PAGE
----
The importance of the Trundholm Sun Chariot lies in the fact that it is the finest example of a crucial aspect of Scandinavian Bronze Age religion: the cosmic passage of the Sun through heavenly light and the darkness of the underworld. One side of the Sun disk is gilded, to give the impression of the Sun during the day, while the other side was left dark as way of depicting the journey of the Sun during the night.
The following two paragraphs are excerpts from an article that appeared recently in Ancient Origins (by DHWTY):
“Apart from being a ritual object, it has also been suggested that the Trundholm Sun Chariot may have functioned as a calendar. This theory was proposed by Klaus Randsborg, a professor of archaeology at the University of Copenhagen, who explained that the golden day-side of the Trundholm Sun Chariot has dimensions associated with one third of a solar year.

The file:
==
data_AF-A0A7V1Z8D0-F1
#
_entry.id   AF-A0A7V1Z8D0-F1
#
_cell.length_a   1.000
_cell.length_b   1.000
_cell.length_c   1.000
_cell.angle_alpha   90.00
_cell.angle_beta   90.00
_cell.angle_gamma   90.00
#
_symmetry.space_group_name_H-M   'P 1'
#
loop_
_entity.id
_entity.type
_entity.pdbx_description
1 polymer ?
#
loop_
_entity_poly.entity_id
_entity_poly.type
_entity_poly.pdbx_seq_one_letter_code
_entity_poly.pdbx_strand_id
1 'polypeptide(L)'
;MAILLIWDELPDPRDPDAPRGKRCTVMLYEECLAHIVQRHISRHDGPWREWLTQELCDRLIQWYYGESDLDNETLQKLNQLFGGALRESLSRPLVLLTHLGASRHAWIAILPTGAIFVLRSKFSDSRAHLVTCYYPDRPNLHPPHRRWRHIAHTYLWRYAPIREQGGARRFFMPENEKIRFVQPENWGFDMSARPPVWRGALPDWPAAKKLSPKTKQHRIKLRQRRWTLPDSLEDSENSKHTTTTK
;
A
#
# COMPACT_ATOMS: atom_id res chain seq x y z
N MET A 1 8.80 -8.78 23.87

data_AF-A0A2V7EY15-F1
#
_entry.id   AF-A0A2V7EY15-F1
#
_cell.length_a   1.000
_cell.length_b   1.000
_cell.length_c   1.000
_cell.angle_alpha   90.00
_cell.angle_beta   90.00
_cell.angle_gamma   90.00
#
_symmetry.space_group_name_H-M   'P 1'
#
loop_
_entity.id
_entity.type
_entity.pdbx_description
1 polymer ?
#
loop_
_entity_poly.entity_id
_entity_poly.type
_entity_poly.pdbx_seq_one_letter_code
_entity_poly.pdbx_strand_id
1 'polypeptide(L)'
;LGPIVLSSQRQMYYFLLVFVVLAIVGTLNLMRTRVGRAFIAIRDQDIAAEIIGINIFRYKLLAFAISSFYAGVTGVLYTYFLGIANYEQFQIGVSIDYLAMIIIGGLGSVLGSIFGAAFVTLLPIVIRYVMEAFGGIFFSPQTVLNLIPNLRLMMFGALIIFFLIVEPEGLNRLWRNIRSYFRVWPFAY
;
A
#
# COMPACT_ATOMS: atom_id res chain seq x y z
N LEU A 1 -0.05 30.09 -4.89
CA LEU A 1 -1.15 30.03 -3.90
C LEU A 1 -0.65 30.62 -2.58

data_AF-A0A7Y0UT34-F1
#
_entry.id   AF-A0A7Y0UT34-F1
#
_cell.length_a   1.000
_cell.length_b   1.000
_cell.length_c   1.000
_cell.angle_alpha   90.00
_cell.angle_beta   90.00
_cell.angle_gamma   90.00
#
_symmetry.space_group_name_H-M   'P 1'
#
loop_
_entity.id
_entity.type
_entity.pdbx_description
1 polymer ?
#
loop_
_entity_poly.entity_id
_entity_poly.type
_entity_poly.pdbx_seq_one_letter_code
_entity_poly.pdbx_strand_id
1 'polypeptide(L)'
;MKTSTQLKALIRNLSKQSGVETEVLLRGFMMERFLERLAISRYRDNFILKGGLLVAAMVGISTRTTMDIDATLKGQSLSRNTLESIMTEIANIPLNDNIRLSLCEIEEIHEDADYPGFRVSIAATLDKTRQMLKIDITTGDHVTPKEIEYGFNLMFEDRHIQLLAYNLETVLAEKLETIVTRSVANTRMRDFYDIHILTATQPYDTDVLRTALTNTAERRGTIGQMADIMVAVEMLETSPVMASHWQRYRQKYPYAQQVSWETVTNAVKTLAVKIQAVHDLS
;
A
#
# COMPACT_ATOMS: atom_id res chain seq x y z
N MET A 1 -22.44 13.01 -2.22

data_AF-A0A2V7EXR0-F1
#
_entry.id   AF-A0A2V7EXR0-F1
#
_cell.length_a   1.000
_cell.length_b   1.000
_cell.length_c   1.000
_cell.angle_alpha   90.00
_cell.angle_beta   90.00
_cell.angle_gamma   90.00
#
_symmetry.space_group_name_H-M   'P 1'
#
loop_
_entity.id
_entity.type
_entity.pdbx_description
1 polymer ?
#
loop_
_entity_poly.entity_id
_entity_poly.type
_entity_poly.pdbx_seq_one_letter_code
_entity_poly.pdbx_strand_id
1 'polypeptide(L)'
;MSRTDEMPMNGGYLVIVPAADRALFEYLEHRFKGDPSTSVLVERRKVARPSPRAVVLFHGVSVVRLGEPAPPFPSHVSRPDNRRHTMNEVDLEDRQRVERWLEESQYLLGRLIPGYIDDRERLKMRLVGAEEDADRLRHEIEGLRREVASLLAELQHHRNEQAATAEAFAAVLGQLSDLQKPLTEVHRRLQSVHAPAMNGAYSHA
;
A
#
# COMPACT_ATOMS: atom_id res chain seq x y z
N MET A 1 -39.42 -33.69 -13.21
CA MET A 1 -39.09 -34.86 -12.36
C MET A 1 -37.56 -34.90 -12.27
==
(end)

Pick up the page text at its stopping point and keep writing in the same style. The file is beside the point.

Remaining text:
“Ransborg argues that the night-side of the large central concentric circle has dimensions linked to six lunar months. He therefore concluded that ‘the reference is to the Sun-calendar on the day-side, and to the Moon-calendar on the night-side of the Sun Chariot, which seems the perfect calculation’.”
Travelling Suns not only appeared in Norse, Celtic, and Hindu mythology, but were also prominent features of Egyptian and Greek traditions. In ancient Egypt, the Sun was represented as being transported across the sky by Ra’s solar barge, or pushed by Khepri, a being depicted as a scarab. Due to the importance of the Sun as a life-giving force, it is not too difficult to understand why the ancients perceived the Sun as being divine.